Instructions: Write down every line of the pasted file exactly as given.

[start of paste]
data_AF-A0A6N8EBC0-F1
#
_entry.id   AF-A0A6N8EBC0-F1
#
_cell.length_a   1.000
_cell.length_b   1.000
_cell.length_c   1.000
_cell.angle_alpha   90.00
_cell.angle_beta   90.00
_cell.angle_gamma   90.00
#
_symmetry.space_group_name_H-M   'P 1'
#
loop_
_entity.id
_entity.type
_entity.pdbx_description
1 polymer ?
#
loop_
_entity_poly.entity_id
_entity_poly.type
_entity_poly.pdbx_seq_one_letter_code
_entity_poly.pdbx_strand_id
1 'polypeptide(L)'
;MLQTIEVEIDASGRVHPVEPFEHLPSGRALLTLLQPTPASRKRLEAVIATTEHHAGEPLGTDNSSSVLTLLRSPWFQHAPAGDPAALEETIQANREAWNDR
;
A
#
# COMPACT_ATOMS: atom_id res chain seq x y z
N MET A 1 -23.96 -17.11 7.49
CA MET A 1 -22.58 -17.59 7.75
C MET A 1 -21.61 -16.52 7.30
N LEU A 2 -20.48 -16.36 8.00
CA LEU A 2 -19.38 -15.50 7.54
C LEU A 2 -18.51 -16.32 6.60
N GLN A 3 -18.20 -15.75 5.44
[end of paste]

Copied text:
data_AF-A0A6N8EBC0-F1
#
_entry.id   AF-A0A6N8EBC0-F1
#
_cell.length_a   1.000
_cell.length_b   1.000
_cell.length_c   1.000
_cell.angle_alpha   90.00
_cell.angle_beta   90.00
_cell.angle_gamma   90.00
#
_symmetry.space_group_name_H-M   'P 1'
#
loop_
_entity.id
_entity.type
_entity.pdbx_description
1 polymer ?
#
loop_
_entity_poly.entity_id
_entity_poly.type
_entity_poly.pdbx_seq_one_letter_code
_entity_poly.pdbx_strand_id
1 'polypeptide(L)'
;MLQTIEVEIDASGRVHPVEPFEHLPSGRALLTLLQPTPASRKRLEAVIATTEHHAGEPLGTDNSSSVLTLLRSPWFQHAPAGDPAALEETIQANREAWNDR
;
A
#
# COMPACT_ATOMS: atom_id res chain seq x y z
N MET A 1 -23.96 -17.11 7.49
CA MET A 1 -22.58 -17.59 7.75
C MET A 1 -21.61 -16.52 7.30
N LEU A 2 -20.48 -16.36 8.00
CA LEU A 2 -19.38 -15.50 7.54
C LEU A 2 -18.51 -16.32 6.60
N GLN A 3 -18.20 -15.75 5.44